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    After 20+ years in law enforcement, I think that people who criticize others for wanting to document contacts and, when possible, record interactions are just plain stupid. Based on their logic, there is really no reason to carry a gun...chances are they will never need it and "just in case" is obviously a concept the validity of which they have rejected.

    I will be the first to admit that there is a substantial minority in law enforcement who not only see constitutionally imposed limitations on their actions as unreasonable hurdles to be subverted whenever possible, but also see dishonesty as a valid methodology to do so. With no proof one way or the other, a police officer's statement will be accepted over that of an arrestee 99.9% of the time.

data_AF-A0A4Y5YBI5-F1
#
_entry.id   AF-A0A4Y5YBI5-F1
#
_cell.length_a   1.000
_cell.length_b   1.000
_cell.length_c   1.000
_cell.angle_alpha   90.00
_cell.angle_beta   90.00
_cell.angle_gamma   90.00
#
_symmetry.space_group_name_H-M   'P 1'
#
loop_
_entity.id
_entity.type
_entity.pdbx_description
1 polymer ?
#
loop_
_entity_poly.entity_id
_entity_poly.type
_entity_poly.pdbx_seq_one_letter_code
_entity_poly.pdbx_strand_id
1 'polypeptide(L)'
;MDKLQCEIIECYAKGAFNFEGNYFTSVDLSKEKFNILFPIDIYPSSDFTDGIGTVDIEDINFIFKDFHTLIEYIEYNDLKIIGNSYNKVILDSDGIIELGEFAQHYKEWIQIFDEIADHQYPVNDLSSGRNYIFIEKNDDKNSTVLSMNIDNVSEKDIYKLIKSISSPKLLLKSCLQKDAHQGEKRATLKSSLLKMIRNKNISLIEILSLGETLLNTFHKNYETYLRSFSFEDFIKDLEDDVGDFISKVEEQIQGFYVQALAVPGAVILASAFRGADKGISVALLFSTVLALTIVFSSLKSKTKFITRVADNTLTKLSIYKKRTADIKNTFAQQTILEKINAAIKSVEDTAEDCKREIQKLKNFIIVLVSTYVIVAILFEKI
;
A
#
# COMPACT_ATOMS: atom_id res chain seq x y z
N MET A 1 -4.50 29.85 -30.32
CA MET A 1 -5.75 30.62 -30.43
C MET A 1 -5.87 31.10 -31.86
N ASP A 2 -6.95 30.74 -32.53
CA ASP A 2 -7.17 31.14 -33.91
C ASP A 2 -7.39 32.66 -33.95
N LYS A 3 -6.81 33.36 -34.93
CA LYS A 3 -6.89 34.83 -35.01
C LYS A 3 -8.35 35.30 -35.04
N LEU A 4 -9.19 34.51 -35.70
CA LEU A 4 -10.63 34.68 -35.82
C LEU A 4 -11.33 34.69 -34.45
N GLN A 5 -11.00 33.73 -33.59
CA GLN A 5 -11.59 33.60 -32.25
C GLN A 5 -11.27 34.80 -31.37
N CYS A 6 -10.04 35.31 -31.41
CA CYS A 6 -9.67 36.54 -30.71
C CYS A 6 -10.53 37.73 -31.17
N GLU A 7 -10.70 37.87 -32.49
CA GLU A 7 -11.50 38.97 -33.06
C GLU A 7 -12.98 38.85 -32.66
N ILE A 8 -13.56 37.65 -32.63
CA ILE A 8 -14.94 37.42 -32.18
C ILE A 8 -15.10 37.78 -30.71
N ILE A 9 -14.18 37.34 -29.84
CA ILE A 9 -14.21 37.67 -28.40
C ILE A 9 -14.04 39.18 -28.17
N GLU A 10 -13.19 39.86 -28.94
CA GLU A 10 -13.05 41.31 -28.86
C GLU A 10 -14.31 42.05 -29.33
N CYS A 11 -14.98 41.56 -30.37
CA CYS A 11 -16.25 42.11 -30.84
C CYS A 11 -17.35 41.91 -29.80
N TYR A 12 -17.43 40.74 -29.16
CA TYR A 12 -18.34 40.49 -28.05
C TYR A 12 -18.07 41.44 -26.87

The chances that a citizen will need to prove who said what are slim...but then so are the chances that a CHL holder will ever need his or her gun. However, just like a gun, when you need proof of what you said...you need that proof very badly.
    Gun Control: The theory that a woman found dead in an alley, raped and strangled with her panty hose, is somehow morally superior to a woman explaining to police how her attacker got that fatal bullet wound.

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  15. #14
    Senior Member Array lance22's Avatar
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    Very very bad idea. The recording will be used by a prosecutor, not by a defender. A prosecutor will play it to a jury and insinuate all sorts of crap based upon what he hears, thinks he hears, doesn't hear, or should have heard.

  16. #15
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    Hey, I have an idea... On Star! "Hi On Star? I've just been stopped by the Police, would you please monitor this conversation?"
    ALWAYS carry! - NEVER tell!

    "A superior Operator is best defined as someone who uses his superior
    judgement to keep himself out of situations that would require a display of his
    superior skills."